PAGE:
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  • Thick area: Rouleaux, which is normal in such areas. Confirm by examining thin areas. If true rouleaux, two-three RBC's will stick together in a "stack of coins" fashion.

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  • Common causes of a poor blood smear

    Drop of blood too large or too small.Spreader slide pushed across the slide in a jerky manner.Failure to keep the entire edge of the spreader slide against the slide while making the smear.Failure to keep the spreader slide at a 30 angle with the slide.Failure to push the spreader slide completely across the slide.*

  • 6.Irregular spread with ridges and long tail: Edge of spreader dirty or chipped; dusty slide

    7.Holes in film: Slide contaminated with fat or grease

    8.Cellular degenerative changes: delay in fixing, inadequate fixing time or methanol contaminated with water

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  • Biologic causes of a poor smear

    Cold agglutinin: RBCs will clump together. Warm the blood at 37 C for 5 minutes, and then remake the smear.Lipemia: holes will appear in the smear. There is nothing you can do to correct this.Rouleaux: RBCs will form into stacks resembling coins. There is nothing you can do to correct this

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  • Automatic Slide Making and StainingSYSMEX 1000i

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  • Peripheral Smear PreparationDrying of SmearsFanHeating pansNo breath blowing of smears may produce crenated RBCs or develop water artifact (drying artifact)

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  • Romanowsky stainingLeishman's stain : a polychromatic stainMethanol : fixes cells to slidemethylene blue stains RNA,DNAblue-grey color Eosin stains hemoglobin, eosin granulesorange-red color pH value of phosphate buffer is very important

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  • Pure Wright stain or Wright Giemsa stainBlood smears and bone marrow aspirate

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  • ProcedureThin smear are air dried.Flood the smear with stain. Stain for 1-5 min. Experience will indicate the optimum time. Add an equal amount of buffer solution and mix the stain by blowing an eddy in the fluid.Leave the mixture on the slide for 10-15 min. Wash off by running water directly to the centre of the slide to prevent a residue of precipitated stain.Stand slide on end, and let dry in air.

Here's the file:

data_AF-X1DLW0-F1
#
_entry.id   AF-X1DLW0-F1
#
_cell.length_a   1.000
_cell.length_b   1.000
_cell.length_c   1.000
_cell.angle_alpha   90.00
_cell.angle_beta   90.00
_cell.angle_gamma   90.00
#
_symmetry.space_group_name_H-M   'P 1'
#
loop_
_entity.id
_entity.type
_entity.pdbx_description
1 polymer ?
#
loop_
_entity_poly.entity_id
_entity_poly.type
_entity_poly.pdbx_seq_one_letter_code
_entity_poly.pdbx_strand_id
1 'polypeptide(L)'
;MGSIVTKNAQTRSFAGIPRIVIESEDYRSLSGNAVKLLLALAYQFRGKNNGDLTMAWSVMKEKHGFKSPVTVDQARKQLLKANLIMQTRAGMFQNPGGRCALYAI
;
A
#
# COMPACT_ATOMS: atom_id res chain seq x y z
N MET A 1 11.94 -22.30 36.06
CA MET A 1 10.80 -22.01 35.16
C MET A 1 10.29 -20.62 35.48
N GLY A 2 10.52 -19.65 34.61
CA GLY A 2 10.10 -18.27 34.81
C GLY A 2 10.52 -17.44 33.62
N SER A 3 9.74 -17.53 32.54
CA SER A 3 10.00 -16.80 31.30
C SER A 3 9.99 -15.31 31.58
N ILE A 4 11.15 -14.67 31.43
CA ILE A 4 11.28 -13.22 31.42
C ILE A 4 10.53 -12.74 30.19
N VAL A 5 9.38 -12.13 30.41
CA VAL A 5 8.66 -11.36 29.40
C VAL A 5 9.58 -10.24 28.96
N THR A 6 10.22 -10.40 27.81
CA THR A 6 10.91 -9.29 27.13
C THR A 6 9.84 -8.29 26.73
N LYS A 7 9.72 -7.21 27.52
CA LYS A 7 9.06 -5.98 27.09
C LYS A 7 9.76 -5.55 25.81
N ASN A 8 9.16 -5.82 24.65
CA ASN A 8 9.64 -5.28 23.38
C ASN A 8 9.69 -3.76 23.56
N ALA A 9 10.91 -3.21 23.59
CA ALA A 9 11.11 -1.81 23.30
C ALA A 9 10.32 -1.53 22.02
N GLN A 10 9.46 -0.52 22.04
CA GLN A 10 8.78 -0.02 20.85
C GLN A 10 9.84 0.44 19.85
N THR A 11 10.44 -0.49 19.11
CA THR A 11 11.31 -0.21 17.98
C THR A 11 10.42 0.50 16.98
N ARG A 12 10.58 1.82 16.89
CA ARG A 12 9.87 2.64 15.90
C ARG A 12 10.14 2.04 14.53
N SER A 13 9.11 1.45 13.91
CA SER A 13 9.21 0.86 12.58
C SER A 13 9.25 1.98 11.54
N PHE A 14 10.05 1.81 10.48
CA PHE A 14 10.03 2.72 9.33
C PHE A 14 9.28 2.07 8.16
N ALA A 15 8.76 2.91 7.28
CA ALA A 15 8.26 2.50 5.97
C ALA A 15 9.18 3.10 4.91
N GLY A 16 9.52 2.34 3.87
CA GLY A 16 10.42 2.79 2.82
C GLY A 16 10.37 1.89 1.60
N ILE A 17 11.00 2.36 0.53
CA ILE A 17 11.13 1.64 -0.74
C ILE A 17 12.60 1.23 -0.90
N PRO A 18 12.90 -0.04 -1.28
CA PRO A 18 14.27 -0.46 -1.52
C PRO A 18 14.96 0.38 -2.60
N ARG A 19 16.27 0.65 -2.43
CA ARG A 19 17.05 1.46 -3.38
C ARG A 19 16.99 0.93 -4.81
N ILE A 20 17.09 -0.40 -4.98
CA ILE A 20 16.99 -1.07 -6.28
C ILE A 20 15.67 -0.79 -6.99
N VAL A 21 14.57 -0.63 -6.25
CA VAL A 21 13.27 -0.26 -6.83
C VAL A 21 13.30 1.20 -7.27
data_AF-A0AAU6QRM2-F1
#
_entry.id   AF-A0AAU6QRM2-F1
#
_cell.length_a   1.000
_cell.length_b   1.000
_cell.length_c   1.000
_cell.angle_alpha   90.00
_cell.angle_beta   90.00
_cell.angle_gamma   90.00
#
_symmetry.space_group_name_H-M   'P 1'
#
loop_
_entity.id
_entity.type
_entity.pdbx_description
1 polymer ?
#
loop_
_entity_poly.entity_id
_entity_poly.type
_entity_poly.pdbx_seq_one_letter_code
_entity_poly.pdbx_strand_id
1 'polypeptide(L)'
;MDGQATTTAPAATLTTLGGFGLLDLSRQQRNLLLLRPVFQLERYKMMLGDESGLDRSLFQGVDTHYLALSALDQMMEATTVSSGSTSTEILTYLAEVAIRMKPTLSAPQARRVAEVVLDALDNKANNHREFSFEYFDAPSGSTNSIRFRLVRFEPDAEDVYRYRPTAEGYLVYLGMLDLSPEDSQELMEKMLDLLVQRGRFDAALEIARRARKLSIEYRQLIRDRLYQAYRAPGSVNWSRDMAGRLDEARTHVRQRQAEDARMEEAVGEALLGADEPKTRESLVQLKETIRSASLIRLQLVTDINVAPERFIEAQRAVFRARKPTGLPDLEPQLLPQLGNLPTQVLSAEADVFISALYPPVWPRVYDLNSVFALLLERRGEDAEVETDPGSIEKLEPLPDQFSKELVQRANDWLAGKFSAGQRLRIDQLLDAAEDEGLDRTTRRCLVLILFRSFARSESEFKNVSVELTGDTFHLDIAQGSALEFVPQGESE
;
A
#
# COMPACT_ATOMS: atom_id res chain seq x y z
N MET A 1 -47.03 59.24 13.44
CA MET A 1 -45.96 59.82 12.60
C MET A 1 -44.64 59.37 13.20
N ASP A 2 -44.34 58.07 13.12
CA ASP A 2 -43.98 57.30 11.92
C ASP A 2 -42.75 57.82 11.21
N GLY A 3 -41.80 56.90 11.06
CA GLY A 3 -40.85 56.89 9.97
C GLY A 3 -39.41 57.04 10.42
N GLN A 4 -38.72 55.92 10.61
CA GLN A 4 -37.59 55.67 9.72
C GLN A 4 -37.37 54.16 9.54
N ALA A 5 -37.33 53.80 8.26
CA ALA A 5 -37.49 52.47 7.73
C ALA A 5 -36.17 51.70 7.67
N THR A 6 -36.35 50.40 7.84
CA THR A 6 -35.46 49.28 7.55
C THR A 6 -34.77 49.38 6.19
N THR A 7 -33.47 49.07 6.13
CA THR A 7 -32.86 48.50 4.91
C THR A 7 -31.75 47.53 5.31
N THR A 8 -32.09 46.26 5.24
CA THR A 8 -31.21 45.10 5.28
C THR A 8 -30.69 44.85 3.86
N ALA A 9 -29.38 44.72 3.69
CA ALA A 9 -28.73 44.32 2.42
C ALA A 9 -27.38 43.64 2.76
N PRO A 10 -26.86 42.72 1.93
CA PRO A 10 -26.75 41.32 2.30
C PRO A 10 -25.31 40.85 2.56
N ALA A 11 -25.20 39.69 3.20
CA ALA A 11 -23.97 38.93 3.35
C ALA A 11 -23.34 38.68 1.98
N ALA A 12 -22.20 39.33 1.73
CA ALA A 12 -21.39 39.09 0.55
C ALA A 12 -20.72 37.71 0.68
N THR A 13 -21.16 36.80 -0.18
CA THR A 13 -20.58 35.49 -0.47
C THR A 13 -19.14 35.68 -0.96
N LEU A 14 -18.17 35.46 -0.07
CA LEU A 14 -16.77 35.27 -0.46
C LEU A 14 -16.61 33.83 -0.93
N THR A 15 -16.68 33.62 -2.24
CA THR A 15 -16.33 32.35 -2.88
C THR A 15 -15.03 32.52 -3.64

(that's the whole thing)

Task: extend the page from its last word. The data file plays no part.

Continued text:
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  • Features of a well-stained PBSMacroscopically: color should be pink to purpleMicroscopically:RCS: orange to salmon pinkWBC: nuclei is purple to bluecytoplasm is pink to tan granules is lilac to violet Eosinophil: granules orange Basophil: granules dark blue to black

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  • Optimal Assessment Area:RBCs are uniformly and singly distributedFew RBC are touching or overlappingNormal biconcave appearance200 to 250 RBC per 100x OIO

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  • Trouble shootingMacroscopicOverall bluer color: increased blood proteins (multiple myeloma, rouleaux formation)Grainy appearance: RBC agglutination (cold hemagglutinin diseases)Holes: increased lipidBlue specks at the feathery edge: Increased WBC and Platelet counts

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  • Microscopic:10x ObjectiveAssess overall quality of the smear i.e feathery edge, quality of the color, distributin of the cells and the lateral edges can be checked for WBC distributionSnow-plow effect: more than 4x/cells per field on the feathery edge: RejectFibrin strands: RejectRouleaux formation, large blast cell assessment

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  • *Too acidic Suitable Too basic

  • Too Acid Stain:RBC too pale, WBC barely visibleinsufficient staining timeprolonged buffering or washingold stain

    Correction:lengthen staining timecheck stain and buffer pHshorten buffering or wash time

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  • Too Alkaline Stain:RBC gray, WBC too dark, Eosinophil granules are graythick blood smearprolonged staininginsufficient washingalkaline pH of stain componentsheparinized sample

    Correction :check pHshorten stain timeprolong buffering time

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  • Problem encountered during stainingWater artifact: moth eaten RBC, heavily demarcated central pallor on the RBC surface, crenation, refractory shiny blotches on the RBC

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  • What contributes to the problem:humidity in the air as you air dry the slides.Water absorbed from the humid air into the alcohol based stainSolution:Drying the slide as quickly as possible.Fix with pure anhydrous methanol before staining.Use of 20% v/v methanol

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  • AUTOMATED SLIDE STAINERSIt takes about 5-10 minutes to stain a batch of smearsSlides are just automatically dipped in the stain in the buffer and a series of rinses

    Disadvantages:Staining process has begun, no STAT slides can be added in the batchAqueous solutions of stains are stable only after 3-6 hours

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  • QUICK STAINSFast, convenient and takes about 1 minute to be accomplishedModified Wright